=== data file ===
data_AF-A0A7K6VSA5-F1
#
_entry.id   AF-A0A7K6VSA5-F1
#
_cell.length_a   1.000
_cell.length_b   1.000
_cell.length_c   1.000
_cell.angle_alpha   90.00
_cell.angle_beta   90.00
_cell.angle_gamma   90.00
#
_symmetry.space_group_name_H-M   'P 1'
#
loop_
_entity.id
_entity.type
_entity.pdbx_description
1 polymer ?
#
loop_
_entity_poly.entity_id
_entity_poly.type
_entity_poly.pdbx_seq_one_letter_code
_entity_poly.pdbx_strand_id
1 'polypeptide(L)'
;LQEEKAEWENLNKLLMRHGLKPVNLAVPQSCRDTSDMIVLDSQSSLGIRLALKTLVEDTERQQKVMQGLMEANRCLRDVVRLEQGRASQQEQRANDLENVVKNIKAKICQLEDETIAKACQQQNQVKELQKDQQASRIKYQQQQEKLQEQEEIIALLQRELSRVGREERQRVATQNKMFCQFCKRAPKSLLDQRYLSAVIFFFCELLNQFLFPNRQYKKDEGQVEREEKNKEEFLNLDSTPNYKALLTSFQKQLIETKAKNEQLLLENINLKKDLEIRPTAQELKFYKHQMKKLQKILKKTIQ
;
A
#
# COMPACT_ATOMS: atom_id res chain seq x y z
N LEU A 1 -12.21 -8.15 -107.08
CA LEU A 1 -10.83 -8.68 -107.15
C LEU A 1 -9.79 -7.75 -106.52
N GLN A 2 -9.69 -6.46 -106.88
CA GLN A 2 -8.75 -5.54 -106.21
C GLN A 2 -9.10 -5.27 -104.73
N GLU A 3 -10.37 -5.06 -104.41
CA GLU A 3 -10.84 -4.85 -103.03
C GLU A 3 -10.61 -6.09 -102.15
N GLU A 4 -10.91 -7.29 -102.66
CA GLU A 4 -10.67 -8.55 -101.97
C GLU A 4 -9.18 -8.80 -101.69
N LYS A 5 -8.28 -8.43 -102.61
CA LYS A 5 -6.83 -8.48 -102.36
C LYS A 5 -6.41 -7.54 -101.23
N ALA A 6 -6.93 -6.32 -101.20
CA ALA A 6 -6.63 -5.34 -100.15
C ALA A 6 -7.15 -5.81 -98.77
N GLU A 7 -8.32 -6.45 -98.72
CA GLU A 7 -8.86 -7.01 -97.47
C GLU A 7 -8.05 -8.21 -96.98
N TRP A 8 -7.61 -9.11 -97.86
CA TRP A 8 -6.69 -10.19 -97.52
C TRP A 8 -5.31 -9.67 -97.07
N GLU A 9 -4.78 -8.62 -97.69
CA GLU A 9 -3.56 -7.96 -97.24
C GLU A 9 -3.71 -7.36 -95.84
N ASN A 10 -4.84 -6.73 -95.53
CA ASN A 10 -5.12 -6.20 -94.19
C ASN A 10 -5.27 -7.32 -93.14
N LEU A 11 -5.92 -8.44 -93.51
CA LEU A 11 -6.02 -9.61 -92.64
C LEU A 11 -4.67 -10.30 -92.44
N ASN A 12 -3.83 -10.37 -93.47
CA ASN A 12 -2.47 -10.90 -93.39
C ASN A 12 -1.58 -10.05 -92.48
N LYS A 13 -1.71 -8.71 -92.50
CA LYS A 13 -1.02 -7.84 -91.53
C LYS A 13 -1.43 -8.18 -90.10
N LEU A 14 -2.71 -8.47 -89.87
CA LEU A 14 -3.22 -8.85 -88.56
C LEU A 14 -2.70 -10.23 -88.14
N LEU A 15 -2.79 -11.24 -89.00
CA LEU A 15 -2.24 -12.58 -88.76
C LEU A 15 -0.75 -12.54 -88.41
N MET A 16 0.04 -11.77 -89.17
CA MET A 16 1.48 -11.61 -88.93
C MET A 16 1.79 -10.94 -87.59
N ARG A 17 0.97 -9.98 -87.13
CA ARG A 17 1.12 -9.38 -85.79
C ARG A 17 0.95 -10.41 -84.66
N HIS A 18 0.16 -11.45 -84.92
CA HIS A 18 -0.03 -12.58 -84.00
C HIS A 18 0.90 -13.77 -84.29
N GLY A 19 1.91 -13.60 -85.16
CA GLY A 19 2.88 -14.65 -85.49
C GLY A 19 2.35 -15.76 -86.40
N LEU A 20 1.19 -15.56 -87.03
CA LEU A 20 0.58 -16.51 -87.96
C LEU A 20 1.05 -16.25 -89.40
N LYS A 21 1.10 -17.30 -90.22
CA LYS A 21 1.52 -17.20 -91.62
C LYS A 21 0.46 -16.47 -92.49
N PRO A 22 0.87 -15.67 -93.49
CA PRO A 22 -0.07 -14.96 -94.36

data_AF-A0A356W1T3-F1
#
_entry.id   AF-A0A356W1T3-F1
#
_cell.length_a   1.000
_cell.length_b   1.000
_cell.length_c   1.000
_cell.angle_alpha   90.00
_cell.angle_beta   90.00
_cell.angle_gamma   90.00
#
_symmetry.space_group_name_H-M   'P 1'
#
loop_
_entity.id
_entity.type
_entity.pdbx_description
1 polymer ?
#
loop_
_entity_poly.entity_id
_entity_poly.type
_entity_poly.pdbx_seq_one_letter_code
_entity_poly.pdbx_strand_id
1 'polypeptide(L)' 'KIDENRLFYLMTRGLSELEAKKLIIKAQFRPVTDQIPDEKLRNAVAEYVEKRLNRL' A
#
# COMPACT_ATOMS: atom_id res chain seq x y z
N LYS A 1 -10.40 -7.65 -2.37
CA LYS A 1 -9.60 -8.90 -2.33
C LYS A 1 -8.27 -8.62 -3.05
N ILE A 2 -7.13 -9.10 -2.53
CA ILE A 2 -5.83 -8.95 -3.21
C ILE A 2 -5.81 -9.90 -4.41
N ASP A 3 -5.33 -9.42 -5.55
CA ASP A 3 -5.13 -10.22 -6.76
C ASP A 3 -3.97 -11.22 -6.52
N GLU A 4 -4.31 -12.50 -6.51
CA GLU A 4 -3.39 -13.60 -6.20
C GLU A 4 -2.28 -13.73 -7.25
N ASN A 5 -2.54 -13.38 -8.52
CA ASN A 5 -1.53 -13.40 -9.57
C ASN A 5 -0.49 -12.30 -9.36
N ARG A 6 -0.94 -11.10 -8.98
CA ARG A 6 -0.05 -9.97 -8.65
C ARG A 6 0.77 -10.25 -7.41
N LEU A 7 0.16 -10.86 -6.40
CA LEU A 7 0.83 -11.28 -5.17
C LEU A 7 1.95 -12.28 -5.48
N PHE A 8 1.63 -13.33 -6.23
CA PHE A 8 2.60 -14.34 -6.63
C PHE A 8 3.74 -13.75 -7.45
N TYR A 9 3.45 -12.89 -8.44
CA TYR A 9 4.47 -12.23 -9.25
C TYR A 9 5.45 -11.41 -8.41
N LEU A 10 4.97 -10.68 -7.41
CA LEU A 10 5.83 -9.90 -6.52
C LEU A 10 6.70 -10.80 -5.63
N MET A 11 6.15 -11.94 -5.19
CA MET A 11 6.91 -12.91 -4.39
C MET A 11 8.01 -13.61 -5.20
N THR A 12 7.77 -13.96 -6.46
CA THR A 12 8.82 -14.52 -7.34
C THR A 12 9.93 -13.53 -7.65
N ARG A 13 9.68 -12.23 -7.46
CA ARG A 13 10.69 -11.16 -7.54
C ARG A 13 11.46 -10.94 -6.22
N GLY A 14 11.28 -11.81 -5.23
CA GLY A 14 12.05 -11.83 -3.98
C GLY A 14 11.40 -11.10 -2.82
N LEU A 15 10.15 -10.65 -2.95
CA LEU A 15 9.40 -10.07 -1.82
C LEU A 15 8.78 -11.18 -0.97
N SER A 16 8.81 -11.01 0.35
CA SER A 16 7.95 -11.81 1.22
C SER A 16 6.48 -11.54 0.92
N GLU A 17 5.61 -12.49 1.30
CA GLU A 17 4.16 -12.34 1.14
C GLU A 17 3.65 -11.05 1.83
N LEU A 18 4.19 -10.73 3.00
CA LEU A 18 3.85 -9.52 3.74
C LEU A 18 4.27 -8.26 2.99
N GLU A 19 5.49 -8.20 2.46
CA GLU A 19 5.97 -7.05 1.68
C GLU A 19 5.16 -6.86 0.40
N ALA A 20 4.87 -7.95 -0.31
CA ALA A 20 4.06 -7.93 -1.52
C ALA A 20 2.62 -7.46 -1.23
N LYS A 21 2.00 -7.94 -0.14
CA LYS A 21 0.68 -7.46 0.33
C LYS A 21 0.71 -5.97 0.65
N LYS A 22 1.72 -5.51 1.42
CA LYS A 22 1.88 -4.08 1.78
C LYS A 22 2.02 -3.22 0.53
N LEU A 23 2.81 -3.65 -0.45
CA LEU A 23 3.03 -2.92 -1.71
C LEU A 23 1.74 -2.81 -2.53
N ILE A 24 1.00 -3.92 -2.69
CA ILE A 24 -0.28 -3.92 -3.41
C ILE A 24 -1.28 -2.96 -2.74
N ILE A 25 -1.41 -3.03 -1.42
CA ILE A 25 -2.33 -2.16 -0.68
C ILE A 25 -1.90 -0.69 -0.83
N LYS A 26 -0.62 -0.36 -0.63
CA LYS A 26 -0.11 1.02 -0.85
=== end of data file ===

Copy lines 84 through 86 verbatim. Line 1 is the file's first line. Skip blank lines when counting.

C HIS A 18 0.90 -13.77 -84.29
N GLY A 19 1.91 -13.60 -85.16
CA GLY A 19 2.88 -14.65 -85.49